Everywhere you look in the city, evidence of a debt-fuelled construction boom abounds: new skyscrapers frame the horizon, huge shopping malls dot the streets and among several megaprojects is a new airport, set to be the world’s largest. Funding for this construction frenzy has been at the heart of Turkey’s economy, accounting for up to 20% of the country’s GDP growth in recent years, and employing around two million people. In a parallel to the 2008 financial crash, the boom was funded by low-interest loans and ballooning debt. Property developers funded their buildings with cheap loans in foreign currencies – and will be struck particularly hard by the lira’s collapse, as those loans grow harder to repay every day. According to government statistics, at the end of 2016 nearly 90% of the credit in Turkish real estate companies came from loans in foreign currencies.
[..] The Istanbul Sapphire – one of the tallest buildings in Europe when completed in 2011 – was financed through loans worth 164m lira in 2013, 154m of which was in US dollars. That loan would now cost around 539m lira.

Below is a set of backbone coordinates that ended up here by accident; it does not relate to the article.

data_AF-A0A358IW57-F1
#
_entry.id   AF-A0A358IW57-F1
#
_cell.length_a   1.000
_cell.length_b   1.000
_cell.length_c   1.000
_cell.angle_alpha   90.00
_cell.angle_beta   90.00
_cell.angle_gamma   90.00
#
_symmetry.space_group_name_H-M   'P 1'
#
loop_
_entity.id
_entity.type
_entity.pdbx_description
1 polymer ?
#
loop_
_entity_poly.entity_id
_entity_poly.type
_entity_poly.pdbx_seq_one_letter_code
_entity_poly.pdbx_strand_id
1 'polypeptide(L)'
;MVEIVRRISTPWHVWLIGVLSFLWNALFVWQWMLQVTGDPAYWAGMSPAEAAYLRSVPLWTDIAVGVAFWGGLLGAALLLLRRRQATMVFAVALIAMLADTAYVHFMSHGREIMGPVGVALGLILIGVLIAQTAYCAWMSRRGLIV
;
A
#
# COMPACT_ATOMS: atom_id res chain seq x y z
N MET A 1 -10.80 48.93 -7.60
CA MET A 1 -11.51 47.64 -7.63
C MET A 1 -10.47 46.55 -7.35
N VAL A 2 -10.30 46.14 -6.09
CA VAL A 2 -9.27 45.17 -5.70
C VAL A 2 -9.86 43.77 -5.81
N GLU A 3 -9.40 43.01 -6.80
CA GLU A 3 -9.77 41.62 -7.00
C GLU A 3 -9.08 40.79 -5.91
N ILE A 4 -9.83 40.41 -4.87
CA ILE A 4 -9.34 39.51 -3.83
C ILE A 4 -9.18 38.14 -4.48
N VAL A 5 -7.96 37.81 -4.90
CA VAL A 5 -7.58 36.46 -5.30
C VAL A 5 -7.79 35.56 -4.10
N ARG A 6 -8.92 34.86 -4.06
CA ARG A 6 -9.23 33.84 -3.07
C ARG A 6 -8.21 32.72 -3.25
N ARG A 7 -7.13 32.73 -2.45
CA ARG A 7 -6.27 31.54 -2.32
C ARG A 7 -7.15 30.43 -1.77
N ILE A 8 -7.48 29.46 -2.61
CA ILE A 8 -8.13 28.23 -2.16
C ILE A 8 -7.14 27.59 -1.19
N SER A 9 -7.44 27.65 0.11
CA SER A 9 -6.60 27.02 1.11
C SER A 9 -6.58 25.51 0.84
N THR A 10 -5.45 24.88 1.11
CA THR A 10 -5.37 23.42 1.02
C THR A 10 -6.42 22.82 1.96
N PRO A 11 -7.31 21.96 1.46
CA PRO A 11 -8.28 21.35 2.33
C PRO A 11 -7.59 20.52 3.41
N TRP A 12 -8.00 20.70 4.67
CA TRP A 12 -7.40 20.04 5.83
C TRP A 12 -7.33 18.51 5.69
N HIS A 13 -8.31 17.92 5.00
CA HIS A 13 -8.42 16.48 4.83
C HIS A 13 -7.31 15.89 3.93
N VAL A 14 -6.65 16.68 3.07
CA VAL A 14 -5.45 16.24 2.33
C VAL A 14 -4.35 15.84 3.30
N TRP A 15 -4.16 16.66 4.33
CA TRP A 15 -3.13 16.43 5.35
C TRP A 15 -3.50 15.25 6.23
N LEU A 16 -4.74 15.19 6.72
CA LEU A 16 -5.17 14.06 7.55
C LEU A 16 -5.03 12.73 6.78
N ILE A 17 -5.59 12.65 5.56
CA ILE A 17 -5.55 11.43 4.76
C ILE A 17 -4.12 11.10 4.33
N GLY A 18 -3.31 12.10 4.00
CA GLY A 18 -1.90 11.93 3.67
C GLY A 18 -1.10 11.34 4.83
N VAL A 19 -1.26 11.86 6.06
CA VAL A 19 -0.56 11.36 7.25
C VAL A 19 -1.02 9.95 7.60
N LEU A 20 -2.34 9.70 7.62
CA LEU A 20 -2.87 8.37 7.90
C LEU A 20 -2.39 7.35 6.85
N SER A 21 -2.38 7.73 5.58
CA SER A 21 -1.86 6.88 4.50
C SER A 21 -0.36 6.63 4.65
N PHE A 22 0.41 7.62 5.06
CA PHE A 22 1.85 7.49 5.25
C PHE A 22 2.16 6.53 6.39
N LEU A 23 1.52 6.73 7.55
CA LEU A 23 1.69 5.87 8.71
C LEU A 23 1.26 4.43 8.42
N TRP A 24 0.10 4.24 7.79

Is this the best they can do?
The United States and China escalated their acrimonious trade war on Thursday, implementing punitive 25 percent tariffs on $16 billion worth of each other’s goods, even as mid-level officials from both sides resumed talks in Washington. The world’s two largest economies have now slapped tit-for-tat tariffs on a combined $100 billion of products since early July, with more in the pipeline, adding to risks to global economic growth. China’s Commerce Ministry said Washington was “remaining obstinate” by implementing the latest tariffs, which kicked-in on both sides as scheduled at 12:01 p.m. in Beijing (0401 GMT). “China resolutely opposes this, and will continue to take necessary countermeasures,” it said in a brief statement.
“At the same time, to safeguard free trade and multilateral systems, and defend its own lawful interests, China will file suit regarding these tariff measures under the WTO dispute resolution mechanism,” it said. President Donald Trump has threatened to put duties on almost all of the more than $500 billion of Chinese goods exported to the United States annually unless Beijing agrees to sweeping changes to its intellectual property practices, industrial subsidy programs and tariff structures, and buys more U.S. goods. That figure would be far more than China imports from the United States, raising concerns that Beijing could consider other forms of retaliation, such as making life more difficult for American firms in China or allowing its yuan currency to weaken further to support its exporters.
“The U.S. will win this trade war because Xi does not want to lose his throne.”